Those who have recently attended a Ketchum—or other valley municipality—City Council meeting, a Sun Valley Marketing Alliance board meeting or a canyon party should be familiar with the sentiment that the Sun Valley area could be more young-person friendly.
However, are the valley’s young people—specifically those old enough to vote—taking it upon themselves to put their political two cents in and direct change in the valley? Or are they content to let older voters make the choices for them?
According to Blaine County census and voter registration data, there are fewer registered voters per capita in the 20 to 35 age group than there are among older voters. Only 62 percent of the younger population is registered, versus 82 percent of the older group.
“I think the biggest challenge for voters our age is having true convictions in their opinions,” said Krista Detwiler, 23, the marketing and development director for Ketchum-based Expedition Inspiration Fund for Breast Cancer Research. “However, I’ve never had much of a problem in that regard.”
She said her biggest “pet peeves” during election season are people who have hard-set beliefs but cannot back them up and people who “vote like their parents” without taking the time to consider where they stand on important issues.
“I know exactly why I vote the way I vote and I could support my argument endlessly,” Detwiler said. “I take my ability to vote seriously and I expect to be treated that way, no matter my age.”
Sarah Patterson, 24, a server at the Sun Valley Inn’s Lobby Lounge in the Sun Valley Resort mall, said voting does matter, but did not express as much confidence in her opinions as Detwiler, especially concerning the local elections.
“I’ll vote for the presidential election, but I don’t know if I should vote in the local stuff or not as I haven’t really paid much attention to it,” she said. “It’s not really a topic of conversation when I’m with my friends.”
Andrew Sarda, 28, a chef at Cristina’s Restaurant in Ketchum—who cast his vote ahead of time via absentee ballot—said the local elections are more important to him now that he has lived in the valley for four years.
“The first year or two, the local elections didn’t matter so much,” he said. “But the longer I live here, local politics matter more to me.”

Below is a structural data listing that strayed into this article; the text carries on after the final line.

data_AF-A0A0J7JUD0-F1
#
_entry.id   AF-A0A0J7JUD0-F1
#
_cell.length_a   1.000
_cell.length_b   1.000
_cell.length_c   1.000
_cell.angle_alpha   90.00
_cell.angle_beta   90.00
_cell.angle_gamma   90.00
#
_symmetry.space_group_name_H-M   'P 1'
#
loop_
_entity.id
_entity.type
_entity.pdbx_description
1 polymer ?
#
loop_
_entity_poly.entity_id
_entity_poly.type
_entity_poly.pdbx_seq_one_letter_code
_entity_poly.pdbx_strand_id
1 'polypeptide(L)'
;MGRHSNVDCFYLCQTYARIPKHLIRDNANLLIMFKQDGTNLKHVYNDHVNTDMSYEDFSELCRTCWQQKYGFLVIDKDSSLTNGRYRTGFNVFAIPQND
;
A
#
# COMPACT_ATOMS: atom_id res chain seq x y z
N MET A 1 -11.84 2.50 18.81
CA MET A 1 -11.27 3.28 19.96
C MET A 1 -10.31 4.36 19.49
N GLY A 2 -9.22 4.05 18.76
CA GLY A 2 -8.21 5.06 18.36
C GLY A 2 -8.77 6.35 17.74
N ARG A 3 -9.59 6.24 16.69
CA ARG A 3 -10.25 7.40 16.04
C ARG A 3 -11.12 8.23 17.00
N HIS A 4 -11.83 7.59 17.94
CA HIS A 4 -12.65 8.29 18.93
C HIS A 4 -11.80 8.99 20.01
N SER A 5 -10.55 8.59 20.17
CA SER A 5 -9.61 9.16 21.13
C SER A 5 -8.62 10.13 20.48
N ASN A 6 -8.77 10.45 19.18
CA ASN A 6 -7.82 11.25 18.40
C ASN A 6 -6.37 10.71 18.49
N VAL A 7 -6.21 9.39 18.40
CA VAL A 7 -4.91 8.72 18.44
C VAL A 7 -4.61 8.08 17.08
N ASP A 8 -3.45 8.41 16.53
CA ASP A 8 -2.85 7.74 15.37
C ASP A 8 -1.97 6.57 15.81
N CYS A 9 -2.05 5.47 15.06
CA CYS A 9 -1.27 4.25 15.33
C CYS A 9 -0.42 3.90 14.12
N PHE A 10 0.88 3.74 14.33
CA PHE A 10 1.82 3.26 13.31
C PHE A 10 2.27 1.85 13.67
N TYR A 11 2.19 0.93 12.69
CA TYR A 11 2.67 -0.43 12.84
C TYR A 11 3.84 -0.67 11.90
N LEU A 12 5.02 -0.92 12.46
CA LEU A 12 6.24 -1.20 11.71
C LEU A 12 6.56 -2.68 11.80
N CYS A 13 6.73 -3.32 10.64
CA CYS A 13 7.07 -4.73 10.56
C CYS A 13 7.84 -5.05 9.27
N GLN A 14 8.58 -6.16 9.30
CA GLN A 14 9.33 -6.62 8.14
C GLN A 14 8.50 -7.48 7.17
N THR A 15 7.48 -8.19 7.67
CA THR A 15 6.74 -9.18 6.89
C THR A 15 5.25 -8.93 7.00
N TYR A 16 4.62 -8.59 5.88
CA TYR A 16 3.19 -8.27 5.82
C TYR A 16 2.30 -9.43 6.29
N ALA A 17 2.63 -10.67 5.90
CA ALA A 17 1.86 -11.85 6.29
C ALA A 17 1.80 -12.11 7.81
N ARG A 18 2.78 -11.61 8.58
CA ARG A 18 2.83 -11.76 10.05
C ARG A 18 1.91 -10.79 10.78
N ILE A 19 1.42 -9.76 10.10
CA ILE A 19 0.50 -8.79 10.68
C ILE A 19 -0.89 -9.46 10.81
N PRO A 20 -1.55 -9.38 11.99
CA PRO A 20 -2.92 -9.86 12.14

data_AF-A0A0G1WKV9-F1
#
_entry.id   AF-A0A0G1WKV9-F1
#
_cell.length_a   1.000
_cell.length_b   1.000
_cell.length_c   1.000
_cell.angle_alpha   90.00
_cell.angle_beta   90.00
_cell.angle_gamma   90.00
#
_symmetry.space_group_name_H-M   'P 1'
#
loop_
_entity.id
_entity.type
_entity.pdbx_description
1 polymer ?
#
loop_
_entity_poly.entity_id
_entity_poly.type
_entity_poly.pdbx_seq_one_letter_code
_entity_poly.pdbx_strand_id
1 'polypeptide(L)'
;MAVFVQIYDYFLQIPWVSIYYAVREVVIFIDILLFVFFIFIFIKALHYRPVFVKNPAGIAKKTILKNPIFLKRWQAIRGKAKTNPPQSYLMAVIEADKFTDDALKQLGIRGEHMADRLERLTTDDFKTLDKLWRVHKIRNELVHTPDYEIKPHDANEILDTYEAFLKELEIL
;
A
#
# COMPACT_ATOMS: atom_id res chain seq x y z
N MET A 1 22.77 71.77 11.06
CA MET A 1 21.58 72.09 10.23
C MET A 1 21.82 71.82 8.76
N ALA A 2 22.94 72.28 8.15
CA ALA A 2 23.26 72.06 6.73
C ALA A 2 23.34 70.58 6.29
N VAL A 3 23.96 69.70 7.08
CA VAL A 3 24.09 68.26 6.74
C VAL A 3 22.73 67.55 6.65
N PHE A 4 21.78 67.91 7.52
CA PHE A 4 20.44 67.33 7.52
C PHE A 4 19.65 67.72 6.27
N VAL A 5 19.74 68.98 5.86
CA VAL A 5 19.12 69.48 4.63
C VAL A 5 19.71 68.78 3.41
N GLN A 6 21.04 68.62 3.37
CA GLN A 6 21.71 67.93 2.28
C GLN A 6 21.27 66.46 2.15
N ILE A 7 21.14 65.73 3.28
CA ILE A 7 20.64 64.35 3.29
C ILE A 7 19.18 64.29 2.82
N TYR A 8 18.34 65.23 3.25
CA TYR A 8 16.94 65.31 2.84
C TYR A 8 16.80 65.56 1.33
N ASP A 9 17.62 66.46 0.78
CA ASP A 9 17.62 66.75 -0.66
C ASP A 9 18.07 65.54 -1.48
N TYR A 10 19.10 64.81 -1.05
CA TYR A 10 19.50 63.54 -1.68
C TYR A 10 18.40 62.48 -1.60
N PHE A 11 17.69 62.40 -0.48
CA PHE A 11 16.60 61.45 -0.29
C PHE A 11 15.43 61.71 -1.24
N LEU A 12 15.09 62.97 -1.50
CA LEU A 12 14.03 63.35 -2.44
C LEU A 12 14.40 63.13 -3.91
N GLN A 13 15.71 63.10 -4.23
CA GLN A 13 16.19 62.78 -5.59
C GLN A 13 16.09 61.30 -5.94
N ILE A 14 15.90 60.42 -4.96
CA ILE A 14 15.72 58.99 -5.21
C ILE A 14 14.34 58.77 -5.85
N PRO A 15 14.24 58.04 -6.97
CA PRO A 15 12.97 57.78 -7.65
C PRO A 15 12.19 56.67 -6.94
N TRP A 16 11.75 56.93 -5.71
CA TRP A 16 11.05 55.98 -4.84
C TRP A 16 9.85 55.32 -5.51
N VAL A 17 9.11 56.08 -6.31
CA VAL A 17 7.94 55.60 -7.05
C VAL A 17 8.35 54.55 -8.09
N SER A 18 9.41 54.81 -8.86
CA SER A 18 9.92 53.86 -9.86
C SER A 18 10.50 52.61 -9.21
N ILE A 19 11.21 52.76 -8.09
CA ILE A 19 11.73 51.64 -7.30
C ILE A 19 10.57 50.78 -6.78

Sarah Thompson, 24, assistant director of admissions at the Community School in Sun Valley, said she would feel “hypocritical” if she complained about politics without voting. She said she would vote this year, but not in Blaine County.
“I’m voting local in my hometown of Andover, Mass.,” she said.
Thompson said she would vote this year even if it weren’t a presidential election, but she probably would not have four years ago.
“The local elections seem more important to me the older I get,” she said.
Thompson said she is currently employed on a 10-month contract and didn’t register to vote in Blaine County because she’s not sure she’ll remain in the valley long-term.
“I would register here if I decide to move here full-time,” she said.
Mark Oliver, 30, a Ketchum photographer and videographer, said voting in the local elections is particularly important in a small community.
“What it boils down to is that it’s such a small voting pool, one vote really matters, and we saw that in the last Ketchum election,” he said.
In Ketchum’s most recent election in January, Councilman Michael David edged out former Councilman Charles Friedman by one vote.
Oliver said he is “absolutely” going to vote.
“It’s important for our generation to get involved and to be informed,” he said. “If you’re invested in the community you live in, you should vote.”
Brennan Rego: email@example.com